Sorry John but I'm not convinced, the ruling classes would still be useful, if only as a puppet government. The fact that there were indeed secret plans for the aristocracy to flee ( I assume this information has only relatively recently been released) would surly imply that although at the beginning ,they may have had some sympathy with the Nazis, after the war started in earnest most of them were totally loyal, otherwise, why would they need a secreat escape plan ? I am in no way a royalist but I cant help but wonder if your not giving the royals a raw deal deal with this one. I know from my own late grandfather that many soldiers had a lot of sympathy with the Nazis polices, but that in no way implies that when push came to shove, every man Jack of them did their duty and put personal feelings aside.

I agree.

It wasn't just that sympathy for - and positive interest in - Nazi Germany plummeted once war broke out.

The British peace movement had also melted by 1939. From the hero days of the Peace Pledge Union to near zero in a couple of years.

This dramatic shift was caused by a turnaround in British public opinion about Hitler and Nazi Germany.

The expansionism of Germany from the mid 30s was portrayed as a malevolent, impatient quest for world domination at British expense. This line was pushed by elements of the ruling class and by a growing and eventually overwhelming majority on the left.

By the turn of the decade, the Hitler = Evil formula was a near universal belief in Britain.

Nationalism and common decency overlapped, for once. The way forward was as clear and inevitable as it was terrible... war.

A war clearly forced on Britain (not a war started by Britain). A regrettable necessity. A just war. A war that left and right could agree about. A unifying war.

That's a very effective propaganda snowball.

Edited by Sid Walker
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A note on motivating factors behind the consolidation of Block 1.

By August 1939, the seed had been firmly implanted in Roosevelt's mind that

(i) a new and unprecedented "weapon of mass destruction" might be possible in the near future: nuclear bombs

(ii) Nazi Germany was actually developing nuclear bombs with probable malicious intent.

See Einstein's letter of August 2nd 1939.

Edited by Sid Walker
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John can you provide citations for the above claims? Are ever going to get around to what Sid called “the punch line*”?

* i.e. your theory as to why Churchill would have bumped the Duke off

I have already provided the sources for the first ten points as they were a summary of previous postings. I have now edited the rest of the post in order that you can check page references.

John I looked back at your earlier post and my recollection seems to have been correct, I couldn't find where you had cited sources for points 1 – 5 and 9.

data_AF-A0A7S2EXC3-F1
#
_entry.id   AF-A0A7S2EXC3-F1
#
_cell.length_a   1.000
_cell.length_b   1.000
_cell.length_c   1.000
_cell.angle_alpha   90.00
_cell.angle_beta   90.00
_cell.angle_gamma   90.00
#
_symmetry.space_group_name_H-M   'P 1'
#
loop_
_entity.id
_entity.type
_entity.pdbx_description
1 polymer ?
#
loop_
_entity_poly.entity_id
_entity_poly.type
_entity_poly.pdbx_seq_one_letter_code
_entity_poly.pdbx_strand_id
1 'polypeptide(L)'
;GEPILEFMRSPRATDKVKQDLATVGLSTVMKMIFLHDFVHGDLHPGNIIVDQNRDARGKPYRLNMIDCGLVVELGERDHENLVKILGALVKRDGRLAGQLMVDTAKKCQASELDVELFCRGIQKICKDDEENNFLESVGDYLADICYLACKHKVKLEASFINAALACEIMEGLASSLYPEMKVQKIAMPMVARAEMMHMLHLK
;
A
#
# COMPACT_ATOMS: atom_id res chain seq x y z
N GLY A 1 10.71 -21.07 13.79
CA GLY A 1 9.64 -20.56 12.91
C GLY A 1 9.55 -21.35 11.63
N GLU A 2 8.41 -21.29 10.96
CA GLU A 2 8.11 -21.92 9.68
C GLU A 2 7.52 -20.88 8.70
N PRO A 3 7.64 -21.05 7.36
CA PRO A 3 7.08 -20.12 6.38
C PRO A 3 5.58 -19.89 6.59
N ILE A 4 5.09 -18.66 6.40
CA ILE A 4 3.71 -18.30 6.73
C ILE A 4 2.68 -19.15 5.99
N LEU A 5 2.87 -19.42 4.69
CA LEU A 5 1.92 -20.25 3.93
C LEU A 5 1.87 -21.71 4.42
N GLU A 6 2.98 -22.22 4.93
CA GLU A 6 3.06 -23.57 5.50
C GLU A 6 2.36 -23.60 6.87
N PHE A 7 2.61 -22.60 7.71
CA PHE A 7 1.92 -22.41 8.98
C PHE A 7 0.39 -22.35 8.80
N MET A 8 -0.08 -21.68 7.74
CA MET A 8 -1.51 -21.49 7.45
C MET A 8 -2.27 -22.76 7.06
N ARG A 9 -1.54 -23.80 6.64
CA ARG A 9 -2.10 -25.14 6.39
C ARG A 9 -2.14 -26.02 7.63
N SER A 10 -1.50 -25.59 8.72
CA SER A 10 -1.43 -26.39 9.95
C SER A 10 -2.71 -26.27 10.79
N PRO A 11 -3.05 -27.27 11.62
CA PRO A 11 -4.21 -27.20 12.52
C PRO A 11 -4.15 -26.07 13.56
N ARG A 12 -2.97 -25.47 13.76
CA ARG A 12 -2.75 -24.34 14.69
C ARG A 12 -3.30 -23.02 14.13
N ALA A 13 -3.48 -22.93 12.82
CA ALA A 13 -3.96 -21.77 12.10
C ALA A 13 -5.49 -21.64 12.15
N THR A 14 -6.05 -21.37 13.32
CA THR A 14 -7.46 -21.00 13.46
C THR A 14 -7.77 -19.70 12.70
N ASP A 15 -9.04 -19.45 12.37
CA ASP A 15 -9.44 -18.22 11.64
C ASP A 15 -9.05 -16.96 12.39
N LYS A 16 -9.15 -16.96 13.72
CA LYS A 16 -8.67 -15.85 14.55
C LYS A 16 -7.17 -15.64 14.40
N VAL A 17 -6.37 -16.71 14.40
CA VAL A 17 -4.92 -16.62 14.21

“10 May marked the end of the London Blitz. It was the last time the Nazis would attempt a major raid on the capital. Foreign journalist based in London at the time wrote articles that highlighted this strange fact.”

A bit misleading since the focus of the Blitz had shifted to other cities before this and the Germans launched a major raid on Birmingham on May 16 and a smaller raid on Cardiff the next day (*, **, *6). The historically accepted explanation for the end of the Blitz was that resources were being shifted east to attack the Soviet Union (**, *4, *5, *6). You even quoted A.J.P Taylor as saying “16 May 1941 saw the last heavy German attack on Birmingham. Thereafter the Luftwaffe was busy preparing to cooperate with the army against Soviet Russia”***.

Another factor may have been improving British anti-aircraft technology:

“By the spring of 1941 British scientists had learned to "bend" or block the German radio beams and Royal Air Force night fighter defences were slowly improving. Whereas in December 1940 just 14 aircraft were shot down, 10 by ack-ack, four by night fighters, German losses in April totalled 75 bombers.”*4

Mid May also saw a ratcheting up of attacks by the German Navy on British civilian ships with the launching of the Bismarch and other battleships*. This better fits the theory that the Blitz was called off due to the upcoming attack on Russia than as a “good will gesture” because the Germans used their navy very little if at all against the USSR.

* http://72.14.209.104/search?q=cache:5yoPpu...au.com/may.html

** http://www.bbc.co.uk/ww2peopleswar/timelin...ticleId=1057349

*** http://www.spartacus.schoolnet.co.uk/Jtaylor.htm

*4 http://www.legionmagazine.com/features/can...story/96-01.asp

* 5 http://ehistory.osu.edu/osu/archive/timeli...&IsDetail=1 see June 9, 1941

* 6 http://en.wikipedia.org/wiki/The_Blitz

“…at the same time as Hitler ordered the cessation of the Blitz, Churchill was instructing Sir Charles Portal, Chief of the Air Staff, to reduce bombing attacks on Germany. …[he said he] now believed “it is very disputable whether bombing by itself will be a decisive factor in the present war”.

Are you really taking Churchill to task for ordering a reduction in attacks on civilian targets? Humanitarian concerns aside might he have legitimately felt the attacks weren’t worth the risk and cost? A conclusion reached according to Wikipedia by John Kenneth Galbraith. http://en.wikipedia.org/wiki/John_Kenneth_..._Administration

This background information is all evidence to why Churchill needed to kill the Duke of Kent. What I would like readers to do is to question the logic of what I have posted so far.

OK let's say you're right and Churchill was secretly negotiating with Hitler, why would that make him want to kill the Duke?

Edited by Len Colby
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Guest David Guyatt

On the USA angle, I would again reference Tony Sutton’s book On Wall Street and the Rise of Hitler to provide a glimpse of what was to be.